Riding on the open road is alluring to motorcycle riders. However, despite the freedom one may feel, riding a motorcycle isn't without risks. Did you know that motorcycle riders are actually 28 times more likely to die in a motorcycle accident than the driver of an automobile and its passengers? They are also five times more likely to sustain injuries, according to the NHTSA.

Connecticut has a number of laws that all riders should be aware of for their own safety. Following these laws will assist in preventing serious injuries or even death in an accident, as well as traffic violations or assuming liability.

The following article will highlight some of the most important Connecticut motorcycle laws every rider should know. However, if you have further questions or have been in an accident, speaking with a Connecticut motorcycle lawyer is advised. Brandon J. Broderick, Attorney At Law, is familiar with the laws of Connecticut and can offer guidance about your accident.

Connecticut Requires a Motorcycle Endorsement

Riders in Connecticut only need a standard driver's license with an added motorcycle endorsement, rather than an entirely separate license. To get the required motorcycle endorsement, you must take the following steps.

  • Pay the fee, which is associated with testing and the permit
  • Complete a knowledge and vision test
  • Riding time with a learners permit, which is optional, but gives you the ability to drive a motorcycle with limitations
  • Complete a training course, including classroom and skills training on a motorcycle, that has been approved by the Commissioner of Motor Vehicles

Connecticut Has a Helmet Law

Connecticut is one of more than two dozen states with partial helmet regulations for a specific group of riders, according to the Insurance Institute for Highway Safety. All motorcycle drivers and passengers under the age of 18 are required by General Statutes of Connecticut 14-289g to wear helmets while riding a motorcycle. If you are found in violation, there is a minimum fine of $90. Additionally, CGS 14-40a (b) mandates that anyone applying for a motorcycle endorsement must wear a helmet while riding a motorcycle with a training permit. A first-offense fine of between $35 and $50 and a maximum of $100 or 30 days in jail could be imposed for failure to comply.

After the state's previous regulation was overturned in 1976, there had been a 13-year period without a helmet requirement before the state's partial helmet law was enacted in 1989. The previous law required anyone operating a motorcycle to wear a helmet.

CGS § 14-289d also requires all motorcycle operators and/or passengers to wear protective eye gear, such as goggles, glasses, or a face shield, unless the motorcycle has a windshield or windscreen.

Passenger Restrictions

An individual with a learner's permit is not permitted to ride a motorcycle with any passengers. For 90 days following the receipt of an endorsement, those who recently earned a motorcycle endorsement are prohibited from transporting passengers. The is a six-month time period for 16-17 year olds with a motorcycle endorsement before they can transport passengers.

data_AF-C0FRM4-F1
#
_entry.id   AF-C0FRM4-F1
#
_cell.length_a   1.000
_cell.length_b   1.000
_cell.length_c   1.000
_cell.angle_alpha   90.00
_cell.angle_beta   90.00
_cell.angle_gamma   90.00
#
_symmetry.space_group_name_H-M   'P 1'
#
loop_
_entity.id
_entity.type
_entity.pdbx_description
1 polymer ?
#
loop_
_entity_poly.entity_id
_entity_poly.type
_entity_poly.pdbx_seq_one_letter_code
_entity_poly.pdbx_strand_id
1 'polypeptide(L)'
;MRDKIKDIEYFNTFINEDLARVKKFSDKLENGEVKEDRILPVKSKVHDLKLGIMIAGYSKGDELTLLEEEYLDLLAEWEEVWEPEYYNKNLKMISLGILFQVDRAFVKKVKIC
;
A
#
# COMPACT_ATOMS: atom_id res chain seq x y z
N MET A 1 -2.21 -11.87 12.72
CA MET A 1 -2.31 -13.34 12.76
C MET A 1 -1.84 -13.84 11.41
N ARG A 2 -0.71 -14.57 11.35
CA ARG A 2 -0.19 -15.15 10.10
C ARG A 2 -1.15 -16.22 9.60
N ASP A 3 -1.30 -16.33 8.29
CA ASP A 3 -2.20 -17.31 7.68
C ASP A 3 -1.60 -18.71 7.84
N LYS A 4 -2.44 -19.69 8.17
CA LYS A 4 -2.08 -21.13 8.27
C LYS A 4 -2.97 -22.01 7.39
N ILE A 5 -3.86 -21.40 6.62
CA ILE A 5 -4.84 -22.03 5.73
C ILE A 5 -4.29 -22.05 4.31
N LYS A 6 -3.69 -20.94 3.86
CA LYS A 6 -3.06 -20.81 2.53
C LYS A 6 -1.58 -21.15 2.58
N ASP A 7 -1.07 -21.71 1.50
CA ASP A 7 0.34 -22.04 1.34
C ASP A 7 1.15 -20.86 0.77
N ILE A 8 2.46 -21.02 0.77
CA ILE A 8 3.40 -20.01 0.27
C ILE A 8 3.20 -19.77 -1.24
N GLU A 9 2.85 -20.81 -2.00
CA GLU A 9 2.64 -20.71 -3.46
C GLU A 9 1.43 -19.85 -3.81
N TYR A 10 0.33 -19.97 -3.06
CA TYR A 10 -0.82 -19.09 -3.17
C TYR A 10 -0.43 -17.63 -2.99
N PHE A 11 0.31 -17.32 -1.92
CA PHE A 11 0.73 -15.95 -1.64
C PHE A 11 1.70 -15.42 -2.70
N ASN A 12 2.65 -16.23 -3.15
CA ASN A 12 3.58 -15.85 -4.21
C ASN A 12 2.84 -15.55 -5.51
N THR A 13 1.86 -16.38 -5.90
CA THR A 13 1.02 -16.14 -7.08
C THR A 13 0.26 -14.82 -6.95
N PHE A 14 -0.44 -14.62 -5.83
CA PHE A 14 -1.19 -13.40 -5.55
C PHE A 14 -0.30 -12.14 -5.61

Once this period of time has passed, drivers are only permitted to transport people on motorcycles that are fitted with a seat for the passenger that is securely fastened to the rear of the driver's seat.

Splitting Lanes

In Connecticut, motorcyclists have the same rights as other motor vehicles, including the ability to use a single traffic lane. As a result, CGS § 14-289b prohibits the simultaneous usage of two lanes by more than one motorcycle.

A motorcycle driver is also prohibited from passing and overtaking another vehicle in the same traffic lane. They are also not permitted to "lane split," or ride a motorcycle between lanes of traffic.

Insurance Requirements

In Connecticut, all motor vehicles, including motorcycles, must have proof of liability insurance, which covers bodily injury to another person's body or to their property.

Below are specific state requirements:

  • $20,000 for each person and $40,000 for each accident (bodily injury)
  • $10,000 for property damage per accident

Our Motorcycle Accident Lawyers Can Provide The Support You Need

Unfortunately, accidents caused by negligent drivers frequently involve motorcycle riders. Even riders who exercise caution and follow all traffic laws find themselves in accidents.

When you are involved in a motorcycle accident, you may have questions or need help in navigating your claim. The motorcycle accident lawyers of Brandon J. Broderick, Attorney at Law, can help. Our lawyers have years of experience defending the rights of people who have been hurt due to someone else's negligence, and we will put all of our efforts into helping you get the compensation you are entitled to.

Contact us now for a free, no-obligation consultation. We will examine your case and protect your legal rights if you or a loved one suffers injuries in a motorcycle accident.

Posted by: Brandon J. Bro…
Date: Mon, 09/26/2022 - 15:05

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